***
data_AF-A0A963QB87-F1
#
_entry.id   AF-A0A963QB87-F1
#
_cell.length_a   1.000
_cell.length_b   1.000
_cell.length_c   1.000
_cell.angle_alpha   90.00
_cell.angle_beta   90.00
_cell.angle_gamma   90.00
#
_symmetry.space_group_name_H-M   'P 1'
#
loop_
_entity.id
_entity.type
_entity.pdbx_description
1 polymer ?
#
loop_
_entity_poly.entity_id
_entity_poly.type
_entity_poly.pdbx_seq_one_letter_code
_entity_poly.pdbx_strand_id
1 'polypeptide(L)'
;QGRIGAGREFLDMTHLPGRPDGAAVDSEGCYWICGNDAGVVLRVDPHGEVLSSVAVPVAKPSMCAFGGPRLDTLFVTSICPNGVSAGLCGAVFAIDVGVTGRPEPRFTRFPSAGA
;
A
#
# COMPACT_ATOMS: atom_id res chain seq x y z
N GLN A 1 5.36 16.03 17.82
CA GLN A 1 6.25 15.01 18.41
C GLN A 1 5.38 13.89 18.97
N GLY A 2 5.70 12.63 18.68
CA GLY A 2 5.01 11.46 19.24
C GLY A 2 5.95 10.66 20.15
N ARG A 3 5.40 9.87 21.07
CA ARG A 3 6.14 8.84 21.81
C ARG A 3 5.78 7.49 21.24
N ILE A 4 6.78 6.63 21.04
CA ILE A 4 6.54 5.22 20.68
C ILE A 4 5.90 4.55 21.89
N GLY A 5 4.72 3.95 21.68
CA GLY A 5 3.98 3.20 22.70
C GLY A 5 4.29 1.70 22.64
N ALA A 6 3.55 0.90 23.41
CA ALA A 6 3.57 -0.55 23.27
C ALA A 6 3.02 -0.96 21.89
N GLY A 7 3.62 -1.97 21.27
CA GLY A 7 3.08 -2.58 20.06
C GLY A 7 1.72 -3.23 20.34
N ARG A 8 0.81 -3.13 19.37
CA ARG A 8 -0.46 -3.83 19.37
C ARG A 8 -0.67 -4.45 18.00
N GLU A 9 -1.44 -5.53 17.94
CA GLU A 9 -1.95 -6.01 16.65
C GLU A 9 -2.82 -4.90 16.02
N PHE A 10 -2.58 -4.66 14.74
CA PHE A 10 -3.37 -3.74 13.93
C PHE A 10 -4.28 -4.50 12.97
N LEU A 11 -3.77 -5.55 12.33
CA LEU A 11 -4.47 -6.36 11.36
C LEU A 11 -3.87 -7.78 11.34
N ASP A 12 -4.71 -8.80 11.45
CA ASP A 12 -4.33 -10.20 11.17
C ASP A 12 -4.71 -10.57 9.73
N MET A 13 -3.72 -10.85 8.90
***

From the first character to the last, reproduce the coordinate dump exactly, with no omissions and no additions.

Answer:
data_AF-A0A963QB87-F1
#
_entry.id   AF-A0A963QB87-F1
#
_cell.length_a   1.000
_cell.length_b   1.000
_cell.length_c   1.000
_cell.angle_alpha   90.00
_cell.angle_beta   90.00
_cell.angle_gamma   90.00
#
_symmetry.space_group_name_H-M   'P 1'
#
loop_
_entity.id
_entity.type
_entity.pdbx_description
1 polymer ?
#
loop_
_entity_poly.entity_id
_entity_poly.type
_entity_poly.pdbx_seq_one_letter_code
_entity_poly.pdbx_strand_id
1 'polypeptide(L)'
;QGRIGAGREFLDMTHLPGRPDGAAVDSEGCYWICGNDAGVVLRVDPHGEVLSSVAVPVAKPSMCAFGGPRLDTLFVTSICPNGVSAGLCGAVFAIDVGVTGRPEPRFTRFPSAGA
;
A
#
# COMPACT_ATOMS: atom_id res chain seq x y z
N GLN A 1 5.36 16.03 17.82
CA GLN A 1 6.25 15.01 18.41
C GLN A 1 5.38 13.89 18.97
N GLY A 2 5.70 12.63 18.68
CA GLY A 2 5.01 11.46 19.24
C GLY A 2 5.95 10.66 20.15
N ARG A 3 5.40 9.87 21.07
CA ARG A 3 6.14 8.84 21.81
C ARG A 3 5.78 7.49 21.24
N ILE A 4 6.78 6.63 21.04
CA ILE A 4 6.54 5.22 20.68
C ILE A 4 5.90 4.55 21.89
N GLY A 5 4.72 3.95 21.68
CA GLY A 5 3.98 3.20 22.70
C GLY A 5 4.29 1.70 22.64
N ALA A 6 3.55 0.90 23.41
CA ALA A 6 3.57 -0.55 23.27
C ALA A 6 3.02 -0.96 21.89
N GLY A 7 3.62 -1.97 21.27
CA GLY A 7 3.08 -2.58 20.06
C GLY A 7 1.72 -3.23 20.34
N ARG A 8 0.81 -3.13 19.37
CA ARG A 8 -0.46 -3.83 19.37
C ARG A 8 -0.67 -4.45 18.00
N GLU A 9 -1.44 -5.53 17.94
CA GLU A 9 -1.95 -6.01 16.65
C GLU A 9 -2.82 -4.90 16.02
N PHE A 10 -2.58 -4.66 14.74
CA PHE A 10 -3.37 -3.74 13.93
C PHE A 10 -4.28 -4.50 12.97
N LEU A 11 -3.77 -5.55 12.33
CA LEU A 11 -4.47 -6.36 11.36
C LEU A 11 -3.87 -7.78 11.34
N ASP A 12 -4.71 -8.80 11.45
CA ASP A 12 -4.33 -10.20 11.17
C ASP A 12 -4.71 -10.57 9.73
N MET A 13 -3.72 -10.85 8.90